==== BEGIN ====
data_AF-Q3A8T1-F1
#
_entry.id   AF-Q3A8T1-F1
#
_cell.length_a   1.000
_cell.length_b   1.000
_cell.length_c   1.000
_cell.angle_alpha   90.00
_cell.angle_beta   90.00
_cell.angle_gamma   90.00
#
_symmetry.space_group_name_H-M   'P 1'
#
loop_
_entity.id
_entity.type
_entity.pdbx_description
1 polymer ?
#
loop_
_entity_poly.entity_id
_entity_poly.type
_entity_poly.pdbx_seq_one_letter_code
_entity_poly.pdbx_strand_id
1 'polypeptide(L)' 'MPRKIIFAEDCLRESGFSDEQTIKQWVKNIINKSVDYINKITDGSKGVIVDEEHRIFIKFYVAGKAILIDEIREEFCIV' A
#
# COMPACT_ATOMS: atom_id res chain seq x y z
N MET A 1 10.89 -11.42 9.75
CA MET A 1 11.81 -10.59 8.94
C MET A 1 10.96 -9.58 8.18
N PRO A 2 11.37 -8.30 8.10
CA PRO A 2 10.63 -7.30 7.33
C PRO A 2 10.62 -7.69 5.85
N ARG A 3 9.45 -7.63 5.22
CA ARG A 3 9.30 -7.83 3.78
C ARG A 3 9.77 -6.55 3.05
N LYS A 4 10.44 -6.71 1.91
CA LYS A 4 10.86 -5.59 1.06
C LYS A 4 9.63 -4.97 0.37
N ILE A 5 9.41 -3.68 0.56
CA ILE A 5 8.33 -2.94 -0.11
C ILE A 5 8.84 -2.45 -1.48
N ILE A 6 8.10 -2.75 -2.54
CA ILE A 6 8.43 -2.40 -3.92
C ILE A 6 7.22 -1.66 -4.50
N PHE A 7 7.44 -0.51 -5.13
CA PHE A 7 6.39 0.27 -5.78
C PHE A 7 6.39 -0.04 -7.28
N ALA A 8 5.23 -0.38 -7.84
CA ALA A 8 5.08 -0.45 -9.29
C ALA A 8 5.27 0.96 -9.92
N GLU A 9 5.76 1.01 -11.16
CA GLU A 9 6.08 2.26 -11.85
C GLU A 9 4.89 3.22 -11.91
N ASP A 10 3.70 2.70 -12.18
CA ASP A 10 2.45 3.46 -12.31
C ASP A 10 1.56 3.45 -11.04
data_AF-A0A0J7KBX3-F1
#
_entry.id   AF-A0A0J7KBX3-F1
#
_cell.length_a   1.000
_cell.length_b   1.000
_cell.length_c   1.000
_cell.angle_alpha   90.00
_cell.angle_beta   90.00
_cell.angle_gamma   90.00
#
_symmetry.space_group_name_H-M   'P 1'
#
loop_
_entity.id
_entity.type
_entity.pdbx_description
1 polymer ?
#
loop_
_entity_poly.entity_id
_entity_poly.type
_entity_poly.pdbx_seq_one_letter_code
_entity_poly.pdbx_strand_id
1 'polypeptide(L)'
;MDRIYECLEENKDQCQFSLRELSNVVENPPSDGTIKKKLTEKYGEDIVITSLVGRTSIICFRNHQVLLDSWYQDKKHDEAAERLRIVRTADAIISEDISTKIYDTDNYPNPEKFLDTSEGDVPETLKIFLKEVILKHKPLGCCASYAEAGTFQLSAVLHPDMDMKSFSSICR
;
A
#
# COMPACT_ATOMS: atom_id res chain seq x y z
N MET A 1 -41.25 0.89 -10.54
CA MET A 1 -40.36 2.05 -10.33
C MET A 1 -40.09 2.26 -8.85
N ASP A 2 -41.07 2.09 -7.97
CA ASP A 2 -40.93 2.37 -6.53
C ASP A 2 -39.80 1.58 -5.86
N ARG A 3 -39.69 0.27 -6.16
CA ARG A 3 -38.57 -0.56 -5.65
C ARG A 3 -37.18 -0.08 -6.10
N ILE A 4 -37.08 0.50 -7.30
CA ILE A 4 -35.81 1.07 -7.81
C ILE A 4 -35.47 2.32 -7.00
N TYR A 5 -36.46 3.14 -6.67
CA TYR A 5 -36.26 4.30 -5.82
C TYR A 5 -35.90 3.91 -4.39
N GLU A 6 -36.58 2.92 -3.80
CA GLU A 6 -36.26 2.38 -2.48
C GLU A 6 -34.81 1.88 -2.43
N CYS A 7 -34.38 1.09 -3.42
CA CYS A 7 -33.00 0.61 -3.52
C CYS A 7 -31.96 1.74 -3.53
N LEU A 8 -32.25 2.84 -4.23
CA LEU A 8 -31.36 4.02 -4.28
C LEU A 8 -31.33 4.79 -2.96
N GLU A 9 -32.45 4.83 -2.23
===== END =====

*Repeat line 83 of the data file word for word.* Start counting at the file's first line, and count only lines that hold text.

;MDRIYECLEENKDQCQFSLRELSNVVENPPSDGTIKKKLTEKYGEDIVITSLVGRTSIICFRNHQVLLDSWYQDKKHDEAAERLRIVRTADAIISEDISTKIYDTDNYPNPEKFLDTSEGDVPETLKIFLKEVILKHKPLGCCASYAEAGTFQLSAVLHPDMDMKSFSSICR